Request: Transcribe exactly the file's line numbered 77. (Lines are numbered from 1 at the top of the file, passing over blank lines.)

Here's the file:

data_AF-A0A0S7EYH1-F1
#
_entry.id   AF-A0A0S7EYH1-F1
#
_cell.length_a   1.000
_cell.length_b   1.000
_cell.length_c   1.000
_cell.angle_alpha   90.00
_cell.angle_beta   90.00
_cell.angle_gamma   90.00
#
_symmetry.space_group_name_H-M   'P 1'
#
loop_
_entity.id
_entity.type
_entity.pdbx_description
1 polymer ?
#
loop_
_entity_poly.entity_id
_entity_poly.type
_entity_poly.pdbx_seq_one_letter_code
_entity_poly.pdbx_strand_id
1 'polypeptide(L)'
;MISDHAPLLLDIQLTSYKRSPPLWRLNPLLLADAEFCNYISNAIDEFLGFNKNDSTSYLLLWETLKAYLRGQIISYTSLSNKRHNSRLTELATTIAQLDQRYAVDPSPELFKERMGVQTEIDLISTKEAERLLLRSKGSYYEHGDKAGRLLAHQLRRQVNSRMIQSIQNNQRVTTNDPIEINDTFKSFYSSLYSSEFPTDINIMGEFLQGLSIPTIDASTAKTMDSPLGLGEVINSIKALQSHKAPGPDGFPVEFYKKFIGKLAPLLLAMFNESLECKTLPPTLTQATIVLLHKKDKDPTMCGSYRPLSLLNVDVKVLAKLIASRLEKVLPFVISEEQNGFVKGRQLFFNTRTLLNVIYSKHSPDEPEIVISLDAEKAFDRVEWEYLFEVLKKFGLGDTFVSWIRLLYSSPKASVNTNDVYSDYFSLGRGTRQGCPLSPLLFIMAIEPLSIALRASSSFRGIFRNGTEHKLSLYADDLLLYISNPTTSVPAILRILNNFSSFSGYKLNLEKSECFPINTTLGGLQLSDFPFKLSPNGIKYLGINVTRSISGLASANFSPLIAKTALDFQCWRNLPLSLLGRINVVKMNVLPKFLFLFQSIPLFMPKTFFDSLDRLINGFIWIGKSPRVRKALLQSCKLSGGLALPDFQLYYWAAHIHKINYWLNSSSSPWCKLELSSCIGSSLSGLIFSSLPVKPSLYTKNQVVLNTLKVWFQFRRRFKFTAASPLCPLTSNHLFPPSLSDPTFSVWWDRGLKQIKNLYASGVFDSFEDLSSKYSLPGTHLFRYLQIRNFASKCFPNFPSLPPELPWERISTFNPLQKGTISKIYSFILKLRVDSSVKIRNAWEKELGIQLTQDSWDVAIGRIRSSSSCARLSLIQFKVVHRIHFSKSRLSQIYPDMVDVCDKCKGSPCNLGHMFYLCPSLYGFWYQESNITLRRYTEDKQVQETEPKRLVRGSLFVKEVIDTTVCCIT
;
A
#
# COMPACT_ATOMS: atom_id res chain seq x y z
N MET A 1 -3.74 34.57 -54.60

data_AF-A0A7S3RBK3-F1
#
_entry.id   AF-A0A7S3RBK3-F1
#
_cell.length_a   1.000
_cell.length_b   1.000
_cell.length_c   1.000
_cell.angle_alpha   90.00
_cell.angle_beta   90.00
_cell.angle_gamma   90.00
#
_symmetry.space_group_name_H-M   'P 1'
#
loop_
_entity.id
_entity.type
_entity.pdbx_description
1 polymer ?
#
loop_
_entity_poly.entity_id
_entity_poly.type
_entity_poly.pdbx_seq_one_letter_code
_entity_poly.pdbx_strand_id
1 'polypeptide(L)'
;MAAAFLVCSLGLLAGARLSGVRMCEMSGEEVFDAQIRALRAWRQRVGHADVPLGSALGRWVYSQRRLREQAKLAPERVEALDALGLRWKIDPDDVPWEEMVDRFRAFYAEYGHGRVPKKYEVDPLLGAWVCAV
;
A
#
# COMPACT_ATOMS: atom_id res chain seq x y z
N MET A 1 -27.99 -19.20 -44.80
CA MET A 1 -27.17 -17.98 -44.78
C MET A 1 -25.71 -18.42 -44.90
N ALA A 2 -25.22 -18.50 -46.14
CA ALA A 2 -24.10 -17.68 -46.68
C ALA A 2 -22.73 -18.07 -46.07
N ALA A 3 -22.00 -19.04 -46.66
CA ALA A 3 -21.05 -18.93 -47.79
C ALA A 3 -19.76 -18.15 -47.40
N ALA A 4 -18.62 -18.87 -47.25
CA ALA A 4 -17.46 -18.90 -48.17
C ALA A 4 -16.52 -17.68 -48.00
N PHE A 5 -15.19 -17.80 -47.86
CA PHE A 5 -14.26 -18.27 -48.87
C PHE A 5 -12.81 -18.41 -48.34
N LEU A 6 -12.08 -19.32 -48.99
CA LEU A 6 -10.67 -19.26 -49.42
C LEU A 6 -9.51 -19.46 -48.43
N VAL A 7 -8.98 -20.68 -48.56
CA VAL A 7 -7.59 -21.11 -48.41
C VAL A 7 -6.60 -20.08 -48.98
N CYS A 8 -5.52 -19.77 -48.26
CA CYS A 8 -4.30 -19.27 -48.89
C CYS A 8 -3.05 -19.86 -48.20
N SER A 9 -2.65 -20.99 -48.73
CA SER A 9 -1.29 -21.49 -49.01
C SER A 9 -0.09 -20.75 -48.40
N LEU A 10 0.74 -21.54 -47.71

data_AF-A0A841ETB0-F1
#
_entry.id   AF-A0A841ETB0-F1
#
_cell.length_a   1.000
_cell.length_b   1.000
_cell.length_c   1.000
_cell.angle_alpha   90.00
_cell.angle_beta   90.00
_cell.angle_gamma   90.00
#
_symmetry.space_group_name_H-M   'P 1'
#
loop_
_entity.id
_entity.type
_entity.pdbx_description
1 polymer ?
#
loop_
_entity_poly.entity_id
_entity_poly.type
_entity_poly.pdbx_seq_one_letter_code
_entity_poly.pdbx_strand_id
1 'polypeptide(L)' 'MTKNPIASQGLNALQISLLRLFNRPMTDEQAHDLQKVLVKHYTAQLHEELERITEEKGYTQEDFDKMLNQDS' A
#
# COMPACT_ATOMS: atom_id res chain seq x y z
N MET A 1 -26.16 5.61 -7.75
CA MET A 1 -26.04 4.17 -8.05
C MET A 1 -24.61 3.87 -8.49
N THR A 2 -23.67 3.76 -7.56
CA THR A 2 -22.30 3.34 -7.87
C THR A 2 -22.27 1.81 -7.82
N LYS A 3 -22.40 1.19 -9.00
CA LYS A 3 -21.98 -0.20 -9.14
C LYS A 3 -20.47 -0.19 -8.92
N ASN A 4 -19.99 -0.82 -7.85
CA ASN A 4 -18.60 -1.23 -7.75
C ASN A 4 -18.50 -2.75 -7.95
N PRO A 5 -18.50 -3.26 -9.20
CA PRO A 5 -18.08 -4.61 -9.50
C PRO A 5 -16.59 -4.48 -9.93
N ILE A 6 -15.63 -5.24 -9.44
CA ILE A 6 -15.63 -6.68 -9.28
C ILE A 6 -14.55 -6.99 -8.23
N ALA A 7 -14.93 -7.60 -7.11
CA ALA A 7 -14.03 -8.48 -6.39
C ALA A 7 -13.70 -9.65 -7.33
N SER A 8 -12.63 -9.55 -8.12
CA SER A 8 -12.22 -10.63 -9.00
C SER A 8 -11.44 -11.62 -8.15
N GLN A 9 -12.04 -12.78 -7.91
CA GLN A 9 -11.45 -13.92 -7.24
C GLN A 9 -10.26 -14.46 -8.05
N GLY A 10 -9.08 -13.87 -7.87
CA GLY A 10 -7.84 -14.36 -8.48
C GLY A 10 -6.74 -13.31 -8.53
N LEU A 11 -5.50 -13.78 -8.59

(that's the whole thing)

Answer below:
N LEU A 6 -12.08 -19.32 -48.99